Cate Cameron is both a cultural/humanitarian photographer as well as an onset still photographer in the motion picture industry. She is also the founder of Cameras 4 Change, A registered non-profit, C4C engages and inspires marginalized and vulnerable populations. Through educational photography workshops, and provides them with the opportunity to transform through creative self-expression, sharing and collaboration.
From: The Flowers Are Talking by Cate Cameron
The peyote people of the Sierra Madre:
The Huichol—or the Wixáritari, as they call themselves—are an indigenous people that live in the Sierra Madre Occidental region of Mexico. They speak Wixarika, a wholly unique Uto-Aztecan language. Their traditions and lifestyle, maintained for generations, are strongly linked with nature and richly steeped in folklore and shamanism. Their art, particularly their beading and yarn paintings, are renowned for their intricacy and beauty.
Annually, the Huichol take part in a pilgrimage to a sacred spot called Wirikuta. There they harvest peyote—which they use, according to their tradition, to heal and regenerate their souls. This pilgrimage is one of their most important rituals: Considered both an honor and the root of their cultural identity, it allows them to commune with the gods.
Living much the same way that they have for thousands of years, the Huichol are now experiencing a period of transition brought about by the introduction of western culture, electricity, and other hallmarks of modernity. Their artisans have engaged by selling their art, but in many remote communities their lifestyle has been much in tact until recent. There has been both a migration of community members to cities and, alternatively, progressive encroachment on their native communities.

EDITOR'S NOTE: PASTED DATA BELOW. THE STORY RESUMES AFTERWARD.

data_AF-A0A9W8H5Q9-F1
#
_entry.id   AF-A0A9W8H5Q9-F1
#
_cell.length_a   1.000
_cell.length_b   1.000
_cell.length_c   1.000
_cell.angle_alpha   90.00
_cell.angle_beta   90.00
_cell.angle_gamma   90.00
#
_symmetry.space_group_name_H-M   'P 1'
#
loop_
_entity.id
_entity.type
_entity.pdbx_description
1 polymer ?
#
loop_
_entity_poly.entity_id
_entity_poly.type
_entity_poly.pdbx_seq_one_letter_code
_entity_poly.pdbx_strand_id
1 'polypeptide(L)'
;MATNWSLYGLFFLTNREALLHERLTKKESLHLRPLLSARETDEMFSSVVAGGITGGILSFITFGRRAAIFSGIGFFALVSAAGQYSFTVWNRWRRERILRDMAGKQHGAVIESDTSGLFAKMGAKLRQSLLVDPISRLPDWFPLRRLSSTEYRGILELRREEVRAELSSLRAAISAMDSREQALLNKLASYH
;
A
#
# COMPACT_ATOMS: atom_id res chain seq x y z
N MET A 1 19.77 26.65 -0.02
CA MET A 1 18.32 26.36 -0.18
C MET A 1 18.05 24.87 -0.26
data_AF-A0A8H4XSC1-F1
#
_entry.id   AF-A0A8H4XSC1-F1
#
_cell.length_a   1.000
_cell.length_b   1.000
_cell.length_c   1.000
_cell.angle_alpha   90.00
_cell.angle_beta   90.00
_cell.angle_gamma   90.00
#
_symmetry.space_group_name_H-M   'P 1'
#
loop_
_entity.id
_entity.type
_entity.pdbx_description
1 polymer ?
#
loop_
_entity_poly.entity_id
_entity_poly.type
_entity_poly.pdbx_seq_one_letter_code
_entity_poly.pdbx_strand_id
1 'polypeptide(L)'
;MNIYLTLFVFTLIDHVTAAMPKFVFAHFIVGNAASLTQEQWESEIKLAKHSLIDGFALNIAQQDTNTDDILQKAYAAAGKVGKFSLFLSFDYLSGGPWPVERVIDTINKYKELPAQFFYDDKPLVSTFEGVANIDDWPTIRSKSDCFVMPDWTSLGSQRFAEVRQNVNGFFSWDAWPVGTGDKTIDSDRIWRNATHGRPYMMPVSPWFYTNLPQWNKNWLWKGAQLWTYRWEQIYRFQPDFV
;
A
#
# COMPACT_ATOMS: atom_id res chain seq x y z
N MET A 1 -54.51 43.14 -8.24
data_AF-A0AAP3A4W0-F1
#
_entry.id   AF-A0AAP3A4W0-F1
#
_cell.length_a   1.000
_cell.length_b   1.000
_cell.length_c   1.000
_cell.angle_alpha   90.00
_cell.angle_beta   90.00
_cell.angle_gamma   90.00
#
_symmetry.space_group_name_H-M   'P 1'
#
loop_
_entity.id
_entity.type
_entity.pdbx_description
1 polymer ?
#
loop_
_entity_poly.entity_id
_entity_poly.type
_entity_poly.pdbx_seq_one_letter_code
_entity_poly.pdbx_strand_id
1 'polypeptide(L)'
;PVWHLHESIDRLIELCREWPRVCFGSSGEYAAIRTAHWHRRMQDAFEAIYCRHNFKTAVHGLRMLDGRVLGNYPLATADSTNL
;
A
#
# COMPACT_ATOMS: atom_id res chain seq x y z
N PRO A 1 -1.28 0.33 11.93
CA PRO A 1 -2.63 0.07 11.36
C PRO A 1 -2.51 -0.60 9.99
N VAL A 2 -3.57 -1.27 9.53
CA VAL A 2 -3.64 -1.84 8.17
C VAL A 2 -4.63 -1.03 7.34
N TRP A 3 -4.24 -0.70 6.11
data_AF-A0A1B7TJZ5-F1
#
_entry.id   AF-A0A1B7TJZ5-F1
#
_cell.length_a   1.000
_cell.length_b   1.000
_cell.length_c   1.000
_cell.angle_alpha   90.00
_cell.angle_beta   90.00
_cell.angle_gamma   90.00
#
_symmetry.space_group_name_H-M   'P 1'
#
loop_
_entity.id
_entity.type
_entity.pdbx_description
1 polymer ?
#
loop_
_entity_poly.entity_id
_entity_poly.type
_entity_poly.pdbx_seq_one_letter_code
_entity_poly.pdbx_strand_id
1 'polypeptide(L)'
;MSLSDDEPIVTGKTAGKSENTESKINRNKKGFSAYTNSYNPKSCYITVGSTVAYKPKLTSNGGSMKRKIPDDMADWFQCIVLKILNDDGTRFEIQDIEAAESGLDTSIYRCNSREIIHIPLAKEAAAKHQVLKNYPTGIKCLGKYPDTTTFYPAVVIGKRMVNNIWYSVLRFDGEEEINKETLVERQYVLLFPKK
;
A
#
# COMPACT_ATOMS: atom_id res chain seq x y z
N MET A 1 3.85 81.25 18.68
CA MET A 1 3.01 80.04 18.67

In the summer of 2014, I stayed with and photographed the small communities of La Cebolleta and La Laguna in Jalisco. They are very proud and self sufficient people, whose art and religion is deeply intertwined. And though they’ve worked valiantly to maintain their traditions, it’s apparent that an era of change has begun. As someone fascinated by the intersection amongst time, tradition, and culture, witnessing and documenting the beginning of this arc is a great honor. I am planning to return to these communites as part of an ongoing project.
My work would not be possible without the Ha Ta Tukari initiative and I would like to also give thanks to Isla Urbana, Proyecto Concentrarte, and Luum for allowing me to work in this way, and begin this journey.
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